Here is a frequency analysis of the 360-degree camera with iZotope RX, see below. (Blue is the waveform. The lighter the yellow/orange color, the bigger the intensity of the frequencies; black means that there is no sound.) You can clearly see that all frequencies above 12kHz are missing. In addition, clear holes in the spectrum above 10kHz have been torn into the spectrum, which can be credited to data reduction. In addition, the picture shows periodic signals below 100Hz whose origin was not answered by Insta-Support. It is not audible but visible in the waveform and makes the low-cut filter mandatory.
This is what the spectrum should look like; reference recording with my Ambisonic microphone.
To be honest, I could have avoided the detailed description here and just let the cat out of the bag: The camera just doesn’t sound good. Who would have thought – it’s a 360-degree camera.
In my opinion, the built-in microphone capsules are the biggest problem that sounds more like plastic, metal and GoPro rip-off.
Some time ago I was able to test the VUZE 3D-360 Grad-4K camera, which also has four micros in a similar way. However, the sound is so poor in quality that it is virtually unusable and the capabilities with regard to spatial audio are therefore irrelevant. I tried it anyway, and well, I could have skipped it if I hadn’t enjoyed it. Back to Insta.
Nevertheless, a single production error may well have played a role here, a camera colleague told me about a blurred camera lens. Of course, I didn’t miss the opportunity to test the 4 microphone signals individually in addition to the Ambisonic signal. Surprisingly, I noticed that one of the capsules sounded OK, one was mediocre and two had a strong reduction at about 5 to 10 kHz. Equalizers come to help, but the problem is that the stitcher can only work with the original files, which causes the defect to be converted to ambisonic without hesitation, causing irreparable damage to the 3D sound. Capsule 1 looks actually quite good. Capsule 2 has a significant reduction in the upper frequency range.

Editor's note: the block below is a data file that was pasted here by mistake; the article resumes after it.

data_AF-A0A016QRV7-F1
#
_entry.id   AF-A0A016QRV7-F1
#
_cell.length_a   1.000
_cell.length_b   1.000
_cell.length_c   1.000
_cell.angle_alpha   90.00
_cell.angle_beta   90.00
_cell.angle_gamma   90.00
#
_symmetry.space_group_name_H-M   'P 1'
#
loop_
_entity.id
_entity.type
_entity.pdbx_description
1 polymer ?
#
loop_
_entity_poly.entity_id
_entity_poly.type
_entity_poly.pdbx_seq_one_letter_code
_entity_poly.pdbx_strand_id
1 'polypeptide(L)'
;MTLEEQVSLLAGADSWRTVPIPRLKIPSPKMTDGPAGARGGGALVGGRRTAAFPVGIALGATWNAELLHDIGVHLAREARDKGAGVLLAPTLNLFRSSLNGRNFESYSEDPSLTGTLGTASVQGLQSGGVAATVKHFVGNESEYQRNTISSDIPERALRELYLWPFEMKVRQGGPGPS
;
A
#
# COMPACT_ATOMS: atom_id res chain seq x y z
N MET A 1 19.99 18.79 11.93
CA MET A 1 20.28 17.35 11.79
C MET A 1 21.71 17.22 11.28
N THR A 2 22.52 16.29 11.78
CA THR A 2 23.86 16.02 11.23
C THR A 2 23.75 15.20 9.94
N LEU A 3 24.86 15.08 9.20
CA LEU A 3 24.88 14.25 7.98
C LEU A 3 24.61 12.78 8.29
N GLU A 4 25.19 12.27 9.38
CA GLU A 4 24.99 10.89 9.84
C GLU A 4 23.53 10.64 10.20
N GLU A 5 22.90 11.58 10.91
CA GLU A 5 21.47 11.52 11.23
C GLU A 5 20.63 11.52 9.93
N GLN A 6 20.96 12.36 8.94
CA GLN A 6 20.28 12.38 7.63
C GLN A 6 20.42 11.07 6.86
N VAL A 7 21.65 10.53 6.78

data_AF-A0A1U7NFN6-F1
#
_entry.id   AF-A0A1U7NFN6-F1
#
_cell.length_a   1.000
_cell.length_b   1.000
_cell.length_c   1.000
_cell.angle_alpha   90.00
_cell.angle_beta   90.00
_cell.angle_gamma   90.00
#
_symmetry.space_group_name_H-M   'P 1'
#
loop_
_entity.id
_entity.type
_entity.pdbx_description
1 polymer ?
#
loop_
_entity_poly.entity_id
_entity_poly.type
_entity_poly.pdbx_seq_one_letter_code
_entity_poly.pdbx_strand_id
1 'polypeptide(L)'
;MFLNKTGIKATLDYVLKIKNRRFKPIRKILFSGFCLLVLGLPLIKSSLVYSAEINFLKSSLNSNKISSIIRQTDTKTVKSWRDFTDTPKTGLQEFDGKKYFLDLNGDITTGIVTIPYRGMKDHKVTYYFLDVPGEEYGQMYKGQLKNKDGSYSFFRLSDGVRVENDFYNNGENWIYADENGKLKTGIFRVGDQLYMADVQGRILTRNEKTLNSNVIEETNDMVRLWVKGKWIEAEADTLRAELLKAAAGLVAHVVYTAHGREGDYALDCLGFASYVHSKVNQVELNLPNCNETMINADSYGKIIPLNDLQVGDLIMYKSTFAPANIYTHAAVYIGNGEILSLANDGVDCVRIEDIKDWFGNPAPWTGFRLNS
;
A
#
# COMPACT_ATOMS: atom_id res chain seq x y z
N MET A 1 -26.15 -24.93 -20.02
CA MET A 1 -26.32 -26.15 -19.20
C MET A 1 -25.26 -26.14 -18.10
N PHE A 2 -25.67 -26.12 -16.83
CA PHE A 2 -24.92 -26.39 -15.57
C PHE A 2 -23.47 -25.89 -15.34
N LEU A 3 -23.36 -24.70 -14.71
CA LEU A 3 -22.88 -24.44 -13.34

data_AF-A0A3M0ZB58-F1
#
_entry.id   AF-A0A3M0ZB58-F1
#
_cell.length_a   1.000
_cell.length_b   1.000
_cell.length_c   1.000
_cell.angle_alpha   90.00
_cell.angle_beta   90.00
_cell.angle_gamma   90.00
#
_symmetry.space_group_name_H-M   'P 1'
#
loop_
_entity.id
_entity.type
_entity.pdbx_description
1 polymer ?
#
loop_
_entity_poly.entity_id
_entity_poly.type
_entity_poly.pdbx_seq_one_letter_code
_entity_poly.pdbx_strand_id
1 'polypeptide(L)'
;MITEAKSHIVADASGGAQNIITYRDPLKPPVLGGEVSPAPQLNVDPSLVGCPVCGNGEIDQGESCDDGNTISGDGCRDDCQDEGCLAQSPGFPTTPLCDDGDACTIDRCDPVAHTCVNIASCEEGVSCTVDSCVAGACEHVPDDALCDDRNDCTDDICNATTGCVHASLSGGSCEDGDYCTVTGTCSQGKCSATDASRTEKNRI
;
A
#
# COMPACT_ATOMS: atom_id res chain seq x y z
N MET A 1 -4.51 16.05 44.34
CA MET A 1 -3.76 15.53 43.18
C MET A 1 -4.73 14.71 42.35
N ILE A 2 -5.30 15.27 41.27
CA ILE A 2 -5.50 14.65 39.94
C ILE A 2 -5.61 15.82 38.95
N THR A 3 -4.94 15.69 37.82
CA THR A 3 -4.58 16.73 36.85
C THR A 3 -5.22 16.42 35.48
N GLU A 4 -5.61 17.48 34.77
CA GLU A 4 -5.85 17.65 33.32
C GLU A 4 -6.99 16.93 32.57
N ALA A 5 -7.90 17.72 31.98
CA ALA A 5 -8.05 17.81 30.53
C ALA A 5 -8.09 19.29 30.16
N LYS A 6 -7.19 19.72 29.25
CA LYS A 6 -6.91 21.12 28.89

While capsules 3 and 4 do not actually deliver usable sounds above 5kHz…
Audio samples would be appropriate at this point, but since this blog entry has become much longer than expected, they have to be left out for the time being. If you are interested, please write an e-mail, but who wants to hear bad sound?
Actually, I wanted to take up the most important points again, but I had a lot more points on the contra than on the pro side. That’s why I would like to stress that it is a good idea in general, which is still in its infancy. Although the overall result was sobering, I think it is a step in the right direction. Detailed questions can be answered by Insta’s support on Facebook for its 360-degree camera.More 360° Microphones